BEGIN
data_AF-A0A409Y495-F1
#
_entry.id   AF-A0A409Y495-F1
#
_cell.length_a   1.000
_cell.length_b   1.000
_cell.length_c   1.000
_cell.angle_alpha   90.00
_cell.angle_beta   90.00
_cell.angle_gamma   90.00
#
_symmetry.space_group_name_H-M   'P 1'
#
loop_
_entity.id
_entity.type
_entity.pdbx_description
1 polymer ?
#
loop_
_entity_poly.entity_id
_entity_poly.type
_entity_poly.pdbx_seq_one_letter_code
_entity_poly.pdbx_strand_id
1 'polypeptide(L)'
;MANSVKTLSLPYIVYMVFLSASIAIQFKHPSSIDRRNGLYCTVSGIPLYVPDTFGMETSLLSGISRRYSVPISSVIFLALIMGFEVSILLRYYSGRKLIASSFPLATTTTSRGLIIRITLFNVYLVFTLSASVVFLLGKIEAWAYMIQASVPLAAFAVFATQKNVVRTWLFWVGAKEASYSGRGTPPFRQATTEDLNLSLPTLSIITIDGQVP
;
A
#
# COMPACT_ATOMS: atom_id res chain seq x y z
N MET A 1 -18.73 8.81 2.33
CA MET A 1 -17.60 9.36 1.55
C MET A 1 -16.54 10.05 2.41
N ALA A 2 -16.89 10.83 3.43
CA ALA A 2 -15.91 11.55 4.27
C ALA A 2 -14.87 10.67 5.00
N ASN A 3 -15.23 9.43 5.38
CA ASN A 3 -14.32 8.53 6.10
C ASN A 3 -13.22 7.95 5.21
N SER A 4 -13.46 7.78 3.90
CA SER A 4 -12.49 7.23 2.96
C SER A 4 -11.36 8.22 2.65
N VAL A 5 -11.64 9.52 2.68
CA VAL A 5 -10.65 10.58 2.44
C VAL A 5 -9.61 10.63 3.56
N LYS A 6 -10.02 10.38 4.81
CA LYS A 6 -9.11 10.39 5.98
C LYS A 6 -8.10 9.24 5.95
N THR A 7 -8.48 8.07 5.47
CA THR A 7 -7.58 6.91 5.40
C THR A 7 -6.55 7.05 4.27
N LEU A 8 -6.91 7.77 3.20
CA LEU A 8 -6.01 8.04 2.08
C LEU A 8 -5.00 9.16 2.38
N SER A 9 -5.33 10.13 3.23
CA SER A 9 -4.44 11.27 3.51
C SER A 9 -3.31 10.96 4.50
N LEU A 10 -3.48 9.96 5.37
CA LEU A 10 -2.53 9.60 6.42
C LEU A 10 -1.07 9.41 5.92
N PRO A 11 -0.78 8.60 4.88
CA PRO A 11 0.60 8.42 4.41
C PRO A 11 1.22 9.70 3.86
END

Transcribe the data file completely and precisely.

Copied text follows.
data_AF-A0A409Y495-F1
#
_entry.id   AF-A0A409Y495-F1
#
_cell.length_a   1.000
_cell.length_b   1.000
_cell.length_c   1.000
_cell.angle_alpha   90.00
_cell.angle_beta   90.00
_cell.angle_gamma   90.00
#
_symmetry.space_group_name_H-M   'P 1'
#
loop_
_entity.id
_entity.type
_entity.pdbx_description
1 polymer ?
#
loop_
_entity_poly.entity_id
_entity_poly.type
_entity_poly.pdbx_seq_one_letter_code
_entity_poly.pdbx_strand_id
1 'polypeptide(L)'
;MANSVKTLSLPYIVYMVFLSASIAIQFKHPSSIDRRNGLYCTVSGIPLYVPDTFGMETSLLSGISRRYSVPISSVIFLALIMGFEVSILLRYYSGRKLIASSFPLATTTTSRGLIIRITLFNVYLVFTLSASVVFLLGKIEAWAYMIQASVPLAAFAVFATQKNVVRTWLFWVGAKEASYSGRGTPPFRQATTEDLNLSLPTLSIITIDGQVP
;
A
#
# COMPACT_ATOMS: atom_id res chain seq x y z
N MET A 1 -18.73 8.81 2.33
CA MET A 1 -17.60 9.36 1.55
C MET A 1 -16.54 10.05 2.41
N ALA A 2 -16.89 10.83 3.43
CA ALA A 2 -15.91 11.55 4.27
C ALA A 2 -14.87 10.67 5.00
N ASN A 3 -15.23 9.43 5.38
CA ASN A 3 -14.32 8.53 6.10
C ASN A 3 -13.22 7.95 5.21
N SER A 4 -13.46 7.78 3.90
CA SER A 4 -12.49 7.23 2.96
C SER A 4 -11.36 8.22 2.65
N VAL A 5 -11.64 9.52 2.68
CA VAL A 5 -10.65 10.58 2.44
C VAL A 5 -9.61 10.63 3.56
N LYS A 6 -10.02 10.38 4.81
CA LYS A 6 -9.11 10.39 5.98
C LYS A 6 -8.10 9.24 5.95
N THR A 7 -8.48 8.07 5.47
CA THR A 7 -7.58 6.91 5.40
C THR A 7 -6.55 7.05 4.27
N LEU A 8 -6.91 7.77 3.20
CA LEU A 8 -6.01 8.04 2.08
C LEU A 8 -5.00 9.16 2.38
N SER A 9 -5.33 10.13 3.23
CA SER A 9 -4.44 11.27 3.51
C SER A 9 -3.31 10.96 4.50
N LEU A 10 -3.48 9.96 5.37
CA LEU A 10 -2.53 9.60 6.42
C LEU A 10 -1.07 9.41 5.92
N PRO A 11 -0.78 8.60 4.88
CA PRO A 11 0.60 8.42 4.41
C PRO A 11 1.22 9.70 3.86